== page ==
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Jokes on Hollywood: 'With comedy film audiences shrinking, it’s time to move on'

The Hollywood comedy landscape was dominated by the romcom at its most insufferable

Hollywood comedy is in serious trouble. This month, a study by Japan’s Nomura Research Institute showed that America’s four biggest film studios had massively cut back on comedy production: in 2010, the genre accounted for 44 per cent of Twentieth Century Fox’s releases, for example, but only 8 per cent of their releases this year so far.

And last year, box-office analysis website, The Numbers, found that audiences for comedy were duly plummeting, too; whereas comedies contributed 25 per cent of total US cinema ticket sales a decade ago, they now contribute in the region of 12 per cent.

The people responsible, industry commentary has concluded, are those pesky, non-English-speaking foreigners. As the expanding Asian market becomes more and more crucial to Hollywood’s success, studios are focusing their energies, and dollars, on cartoons and effects-packed blockbusters, both of which sell easily overseas. Transformers: Age of Extinction is now the highest-grossing film ever released in China after a matter of weeks. Comedy, meanwhile, just doesn’t travel as well.

But before we get too annoyed with those giant-robot-loving Chinese, and their failure to appreciate the cultural specifics and subtle anglophone wordplay of Horrible Bosses and Ted, perhaps we should consider another reason why 21st-century Hollywood comedies aren’t pulling in the big bucks. Could it be, simply, that they aren’t very good? Some of them are awful (e.g. almost every Adam Sandler film), but most are aggressively, defiantly OK-ish. Should you ever slump in front of We’re The Millers or Wanderlust or Bad Neighbours, you probably won’t hate it. You’ll probably smile a few times. But will you float away afterwards, buoyed by the knowledge that the film could scarcely have been any more hilarious? Don’t make me laugh.

No wonder every recent high-profile comedy appears to have been directed, produced or at least influenced by Apatow

I blame Paul Rudd and Seth Rogen. In 2005, a TV writer-director named Judd Apatow made his film debut with The 40 year old Virgin. In the middle of it, he included an improvised sequence in which Rudd and Rogen sit side by side, playing a video game and trading jokey insults, each one introduced with the question, “You know how I know that you’re gay?”  Overlooking the no-doubt ironic homophobia, what’s striking about the scene is that it’s barely a scene at all. Plot-wise, you could cut it without affecting the rest of the film one jot. But it does help to foster the illusion that Apatow’s characters are old buddies having a laid-back, unscripted conversation – and in 2005 that was genuinely thrilling.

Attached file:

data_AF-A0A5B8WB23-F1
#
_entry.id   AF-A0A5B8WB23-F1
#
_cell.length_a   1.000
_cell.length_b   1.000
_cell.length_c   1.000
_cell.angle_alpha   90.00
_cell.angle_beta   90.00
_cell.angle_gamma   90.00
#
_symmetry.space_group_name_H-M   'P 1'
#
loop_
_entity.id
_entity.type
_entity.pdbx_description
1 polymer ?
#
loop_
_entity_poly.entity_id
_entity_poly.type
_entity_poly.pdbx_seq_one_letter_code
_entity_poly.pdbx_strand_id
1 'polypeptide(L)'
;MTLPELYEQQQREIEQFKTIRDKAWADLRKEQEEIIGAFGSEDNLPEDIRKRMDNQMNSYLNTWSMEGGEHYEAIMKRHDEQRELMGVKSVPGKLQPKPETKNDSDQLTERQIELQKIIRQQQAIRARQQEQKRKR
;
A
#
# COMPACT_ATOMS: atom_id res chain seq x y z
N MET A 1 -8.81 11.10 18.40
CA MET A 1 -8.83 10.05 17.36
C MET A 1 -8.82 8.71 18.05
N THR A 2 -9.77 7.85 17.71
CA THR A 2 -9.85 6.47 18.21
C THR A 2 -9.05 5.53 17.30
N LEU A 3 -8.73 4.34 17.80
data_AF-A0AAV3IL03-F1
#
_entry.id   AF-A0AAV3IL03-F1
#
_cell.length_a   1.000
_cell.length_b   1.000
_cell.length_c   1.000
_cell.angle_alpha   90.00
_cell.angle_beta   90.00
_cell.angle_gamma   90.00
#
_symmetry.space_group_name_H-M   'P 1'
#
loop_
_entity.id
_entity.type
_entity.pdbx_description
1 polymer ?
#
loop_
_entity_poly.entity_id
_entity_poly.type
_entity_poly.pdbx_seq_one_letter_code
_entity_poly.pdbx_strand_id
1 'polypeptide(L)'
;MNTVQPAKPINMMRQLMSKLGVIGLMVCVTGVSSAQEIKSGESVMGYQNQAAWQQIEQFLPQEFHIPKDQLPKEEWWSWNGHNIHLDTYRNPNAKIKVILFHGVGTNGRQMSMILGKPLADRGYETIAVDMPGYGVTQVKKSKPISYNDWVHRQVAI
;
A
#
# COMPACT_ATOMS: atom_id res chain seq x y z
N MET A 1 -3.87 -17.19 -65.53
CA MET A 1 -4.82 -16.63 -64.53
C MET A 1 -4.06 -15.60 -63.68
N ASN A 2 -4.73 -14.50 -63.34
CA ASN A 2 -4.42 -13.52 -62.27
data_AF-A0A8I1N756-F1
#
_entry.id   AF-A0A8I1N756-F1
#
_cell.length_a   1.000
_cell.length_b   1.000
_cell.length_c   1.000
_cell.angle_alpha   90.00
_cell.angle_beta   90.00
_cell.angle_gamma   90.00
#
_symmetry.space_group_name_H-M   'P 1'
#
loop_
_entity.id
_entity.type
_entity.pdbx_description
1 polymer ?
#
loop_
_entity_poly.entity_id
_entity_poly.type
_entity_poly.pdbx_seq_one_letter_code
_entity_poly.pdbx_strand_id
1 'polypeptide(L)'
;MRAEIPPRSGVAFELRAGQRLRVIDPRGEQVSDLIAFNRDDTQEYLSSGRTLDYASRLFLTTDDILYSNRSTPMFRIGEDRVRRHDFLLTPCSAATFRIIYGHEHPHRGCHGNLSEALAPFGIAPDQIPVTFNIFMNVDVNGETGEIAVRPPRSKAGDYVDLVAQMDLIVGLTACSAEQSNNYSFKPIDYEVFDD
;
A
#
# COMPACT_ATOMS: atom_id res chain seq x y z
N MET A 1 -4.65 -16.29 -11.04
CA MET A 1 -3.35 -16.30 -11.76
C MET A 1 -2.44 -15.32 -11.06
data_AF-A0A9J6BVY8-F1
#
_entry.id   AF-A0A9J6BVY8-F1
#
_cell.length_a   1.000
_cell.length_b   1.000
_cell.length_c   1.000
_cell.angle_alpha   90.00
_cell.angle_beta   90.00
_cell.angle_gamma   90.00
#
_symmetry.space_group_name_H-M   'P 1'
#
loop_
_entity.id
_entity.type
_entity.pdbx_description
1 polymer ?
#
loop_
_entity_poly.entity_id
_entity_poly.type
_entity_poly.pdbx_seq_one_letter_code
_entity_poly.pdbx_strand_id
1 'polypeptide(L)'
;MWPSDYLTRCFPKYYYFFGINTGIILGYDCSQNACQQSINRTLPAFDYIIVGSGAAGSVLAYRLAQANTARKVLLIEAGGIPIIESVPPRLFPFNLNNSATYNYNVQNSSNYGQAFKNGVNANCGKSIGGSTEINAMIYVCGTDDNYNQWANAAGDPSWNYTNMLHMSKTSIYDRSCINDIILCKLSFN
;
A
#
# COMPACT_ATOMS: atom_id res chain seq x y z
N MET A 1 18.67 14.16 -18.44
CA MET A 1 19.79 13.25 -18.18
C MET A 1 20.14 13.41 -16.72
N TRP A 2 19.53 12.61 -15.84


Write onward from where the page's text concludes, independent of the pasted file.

At the time, lest we forget, the Hollywood comedy landscape was dominated by the romcom at its most insufferable. The likes of The Wedding Planner and How to Lose a Guy in 10 Days were essentially contrived and airless advertisements for haute couture and luxury apartments. The 40 year old Virgin and Apatow’s follow-up, Knocked Up, were a different matter.

They didn’t have any montages in which heroines tried on every dress in the Western world. No one raced to the airport to stop their true love emigrating, or earnt a round of applause by declaring their undying devotion in public. Shifting the genre in a more testosterone-heavy direction, Apatow’s comedies had unshaven, dope-smoking, gym-phobic slobs hanging around together and having the sort of affable, expletive-peppered chats which the average man might have if he was as funny as they were. It was jazzy, breezy, radical stuff.

The dress-montage romcoms continued – and many of them starred Katherine Heigl, the leading lady in Knocked Up – but their days were numbered. The success of The Hangover in 2009 sounded their death knell. It wasn’t directed by Apatow, but like his films, it had no A-List stars, a rambling story about a gang of socially irresponsible men and an R-rating (the US equivalent of a 15 certificate). It was also the 10th-highest grossing film of the year. After that, there was no going back.